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PteroDAQ / Installation

Hardware requirements

One of

  • A supported Arduino board or clone (includes most boards based on the ATMega168/328P, ATMega32U4, and ATMega1280/2560 processors) with appropriate USB cable (varies with Arduino board);
  • A Teensy 3.1 or 3.2 or Teensy LC board with
    • USB to Micro USB B,
    • male and female headers to connect to board (two 1×14 male headers to use with breadboard, plus a 1×3 and 1×5 female header to get access to other through-hole I/O); or
  • A FRDM-KL25Z board (list of distributors) with
    • USB A to Mini B cable
    • Headers to solder to the FRDM-KL25Z board. It uses one 2x10, two 2x8, and one 2x6 through-hole female headers with 0.1 inch pitch.
    • For the initial setup of the FRDM-KL25Z board, a computer running either Linux or Windows 7.

We recommend the Teensy LC board as the best price/performance ratio, breadboard compatibility, and easiest installation, but the Teensy 3.1/3.2 is a good choice also at a higher price. The FRDM-KL25Z board is a good choice if you want compatibility with Arduino shield hardware, but compiling and uploading software is less convenient than the Teensyduino IDE. The Arduino boards are not nearly as good for PteroDAQ as the Teensy boards, and are supported mainly for people who already have spare Arduino boards—don't buy a new Arduino board just for PteroDAQ!

Software setup

Download and extract PteroDAQ, from the Downloads page. This will get the latest version of the code—you can also request earlier, named releases, if the latest version seems to be buggy.

Ensure you have a recent version of Python installed (2.6, 2.7, 3.3, or 3.4; version 3.0 through 3.2 and 3.5 may work but have not been tested). Python is available to download from the Python site. When installing, make sure you include support for Tcl/Tk and Tkinter. On Linux and OS X, the Python installer will probably add itself to your bash path; if not, edit your ~/.bashrc file manually.

Arduino setup

  1. Instruction for installing the Arduino software are available on the Arduino site.
  2. Once you have installed the Arduino IDE and (if necessary) drivers, open the PteroDAQ file firmware/firmware.ino with the Arduino app. All the files in firmware folder are needed, and the folder must have the name firmware, as the Arduino app compiles all the C and C++ files in the folder to make the program, and it checks that the folder has the same name as the .ino file.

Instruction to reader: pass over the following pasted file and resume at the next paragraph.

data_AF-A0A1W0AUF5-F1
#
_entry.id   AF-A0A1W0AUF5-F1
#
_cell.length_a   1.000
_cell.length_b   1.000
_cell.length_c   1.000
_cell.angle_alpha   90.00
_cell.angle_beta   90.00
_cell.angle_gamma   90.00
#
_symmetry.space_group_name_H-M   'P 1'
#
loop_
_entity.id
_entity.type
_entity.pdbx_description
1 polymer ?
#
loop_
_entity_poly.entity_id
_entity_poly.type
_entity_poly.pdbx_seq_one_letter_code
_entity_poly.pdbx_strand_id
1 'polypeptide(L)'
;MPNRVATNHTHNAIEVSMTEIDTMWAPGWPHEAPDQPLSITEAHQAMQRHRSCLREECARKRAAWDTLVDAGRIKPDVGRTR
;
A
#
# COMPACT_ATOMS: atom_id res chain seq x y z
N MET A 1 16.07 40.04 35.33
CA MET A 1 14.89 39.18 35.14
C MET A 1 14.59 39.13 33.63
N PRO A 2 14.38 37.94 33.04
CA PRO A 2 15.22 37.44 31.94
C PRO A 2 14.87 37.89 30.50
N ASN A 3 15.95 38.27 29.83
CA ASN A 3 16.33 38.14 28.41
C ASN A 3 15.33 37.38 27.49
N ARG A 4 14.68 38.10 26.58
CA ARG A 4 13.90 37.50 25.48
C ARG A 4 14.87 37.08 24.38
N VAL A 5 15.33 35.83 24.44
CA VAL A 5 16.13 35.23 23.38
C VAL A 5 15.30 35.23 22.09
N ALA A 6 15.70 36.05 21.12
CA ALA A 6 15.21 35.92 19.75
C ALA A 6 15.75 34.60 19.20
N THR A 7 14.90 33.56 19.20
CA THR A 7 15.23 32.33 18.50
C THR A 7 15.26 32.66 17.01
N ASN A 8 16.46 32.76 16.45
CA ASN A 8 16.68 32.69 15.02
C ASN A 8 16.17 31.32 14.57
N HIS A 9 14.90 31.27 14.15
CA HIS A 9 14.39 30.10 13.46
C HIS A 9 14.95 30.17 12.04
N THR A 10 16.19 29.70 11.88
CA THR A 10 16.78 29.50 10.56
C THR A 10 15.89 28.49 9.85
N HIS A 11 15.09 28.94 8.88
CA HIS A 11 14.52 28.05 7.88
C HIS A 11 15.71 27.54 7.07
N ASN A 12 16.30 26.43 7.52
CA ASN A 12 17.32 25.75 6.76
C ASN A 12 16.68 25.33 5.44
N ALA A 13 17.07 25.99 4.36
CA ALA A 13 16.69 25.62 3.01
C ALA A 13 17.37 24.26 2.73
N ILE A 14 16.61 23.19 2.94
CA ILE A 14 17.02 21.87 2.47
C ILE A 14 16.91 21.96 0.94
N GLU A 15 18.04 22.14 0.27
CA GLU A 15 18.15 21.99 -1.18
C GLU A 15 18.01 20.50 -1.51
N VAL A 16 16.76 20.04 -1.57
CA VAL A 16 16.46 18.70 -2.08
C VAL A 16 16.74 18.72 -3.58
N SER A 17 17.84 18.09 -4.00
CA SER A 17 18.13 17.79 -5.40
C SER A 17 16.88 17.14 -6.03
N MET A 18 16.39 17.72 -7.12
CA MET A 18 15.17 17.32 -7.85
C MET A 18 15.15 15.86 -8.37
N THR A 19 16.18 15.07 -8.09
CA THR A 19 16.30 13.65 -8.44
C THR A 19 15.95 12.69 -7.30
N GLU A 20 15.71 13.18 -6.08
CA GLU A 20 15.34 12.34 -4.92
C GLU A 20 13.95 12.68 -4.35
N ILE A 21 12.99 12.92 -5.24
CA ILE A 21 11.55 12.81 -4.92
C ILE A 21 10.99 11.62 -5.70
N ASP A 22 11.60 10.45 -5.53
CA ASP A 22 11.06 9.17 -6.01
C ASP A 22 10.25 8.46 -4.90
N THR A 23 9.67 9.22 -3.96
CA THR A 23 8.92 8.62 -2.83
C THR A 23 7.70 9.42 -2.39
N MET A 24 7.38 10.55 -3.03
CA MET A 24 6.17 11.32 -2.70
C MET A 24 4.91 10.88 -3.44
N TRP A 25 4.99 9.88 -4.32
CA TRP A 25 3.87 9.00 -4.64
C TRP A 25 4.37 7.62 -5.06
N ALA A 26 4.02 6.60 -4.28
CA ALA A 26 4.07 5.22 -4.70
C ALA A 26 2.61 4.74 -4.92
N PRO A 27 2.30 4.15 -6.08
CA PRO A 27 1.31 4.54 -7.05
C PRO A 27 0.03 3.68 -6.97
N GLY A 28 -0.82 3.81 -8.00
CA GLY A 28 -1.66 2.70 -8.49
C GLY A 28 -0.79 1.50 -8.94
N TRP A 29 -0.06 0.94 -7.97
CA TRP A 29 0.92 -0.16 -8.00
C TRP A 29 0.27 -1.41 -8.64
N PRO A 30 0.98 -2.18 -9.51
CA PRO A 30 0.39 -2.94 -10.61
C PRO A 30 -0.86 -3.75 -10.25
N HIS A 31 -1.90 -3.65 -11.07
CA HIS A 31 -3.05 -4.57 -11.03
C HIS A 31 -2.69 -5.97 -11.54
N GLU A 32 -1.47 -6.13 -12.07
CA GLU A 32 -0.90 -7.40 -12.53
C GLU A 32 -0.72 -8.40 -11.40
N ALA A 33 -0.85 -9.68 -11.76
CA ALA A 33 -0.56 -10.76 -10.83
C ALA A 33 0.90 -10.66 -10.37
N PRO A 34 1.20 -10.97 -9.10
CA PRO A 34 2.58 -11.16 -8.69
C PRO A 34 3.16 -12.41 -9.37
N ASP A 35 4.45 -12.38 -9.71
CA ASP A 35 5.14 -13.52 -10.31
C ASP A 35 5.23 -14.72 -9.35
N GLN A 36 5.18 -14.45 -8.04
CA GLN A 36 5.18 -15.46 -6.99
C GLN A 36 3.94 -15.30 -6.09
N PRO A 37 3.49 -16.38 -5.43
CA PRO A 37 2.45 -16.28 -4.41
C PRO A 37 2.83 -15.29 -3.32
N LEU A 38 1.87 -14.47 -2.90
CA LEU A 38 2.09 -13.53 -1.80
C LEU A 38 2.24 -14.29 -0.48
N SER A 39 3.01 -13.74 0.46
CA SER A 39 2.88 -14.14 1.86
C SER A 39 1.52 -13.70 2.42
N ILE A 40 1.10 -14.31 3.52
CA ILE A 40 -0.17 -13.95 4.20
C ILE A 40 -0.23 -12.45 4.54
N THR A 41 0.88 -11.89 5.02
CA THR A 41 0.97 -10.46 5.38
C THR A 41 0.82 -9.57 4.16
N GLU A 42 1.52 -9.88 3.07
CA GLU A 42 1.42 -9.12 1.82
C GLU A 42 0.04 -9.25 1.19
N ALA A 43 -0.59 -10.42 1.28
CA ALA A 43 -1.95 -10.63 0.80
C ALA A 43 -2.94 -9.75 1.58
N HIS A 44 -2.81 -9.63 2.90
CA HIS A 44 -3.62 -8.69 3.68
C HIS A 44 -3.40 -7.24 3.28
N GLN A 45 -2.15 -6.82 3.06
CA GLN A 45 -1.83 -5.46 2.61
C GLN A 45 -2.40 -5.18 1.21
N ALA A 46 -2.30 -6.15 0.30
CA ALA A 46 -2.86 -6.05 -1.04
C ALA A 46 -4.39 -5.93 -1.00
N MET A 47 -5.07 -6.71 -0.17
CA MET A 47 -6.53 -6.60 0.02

3. Select your board and its serial port from the Arduino Tools menu, and press the Upload button.

Teensy setup

  1. Install Arduino software from the Arduino site. Note: as of 2017 February 1, Teensyduino is supported only on Arduino versions 1.0.6, 1.6.5-r5, 1.6.9, 1.6.12, 1.6.13, 1.8.0, or 1.8.1. See the Teensyduino download page for more up-to-date information about which Arduino versions are supported. On Macintosh machines, run Arduino once before installing Teensyduino, so that the malware check doesn't see the Arduino download as contaminated.
  2. Install Teensyduino Note that on Windows, you will probably have to run the Teensyduino installer with administrator privileges, which requires a right click on the file.
  3. Once you have installed the Arduino IDE and (if necessary) drivers, open the PteroDAQ file firmware/firmware.ino with the Arduino app. All the files in firmware folder are needed, and the folder must have the name firmware, as the Arduino app compiles all the C and C++ files in the folder to make the program, and it checks that the folder has the same name as the .ino file. Note that on newer releases of Mac OS X, you may need to open the "System Preferences" application click on "security and privacy", and allow apps downloaded from anywhere, before the Arduino IDE will run.
  4. Select your board (Teensy 3.1/3.2 with 72MHz clocking and optimized, or Teensy LC with 48MHz clocking) and its serial port from the Arduino Tools menu. Select optimization for speed rather than code size, and press the Upload button. On the first download, you may be instructed by the Teensy loader to press the button on the board—if so, do so.

FRDM-KL25Z setup

The FRDM-KL25Z board has two USB ports, one of which is labeled "SDA" on the board. The SDA port is only for firmware updates; normal usage is with the non-SDA port. Each of the operating systems has somewhat different techniques for doing the initial setup. There are two main steps: getting the mbed firmware onto the board for downloading, and getting the PteroDAQ code onto the board for running.

Windows for FRDM-KL25Z

Instructions for loading the mbed interface firmware on Windows 7 are available on the mbed site. The steps are fairly simple: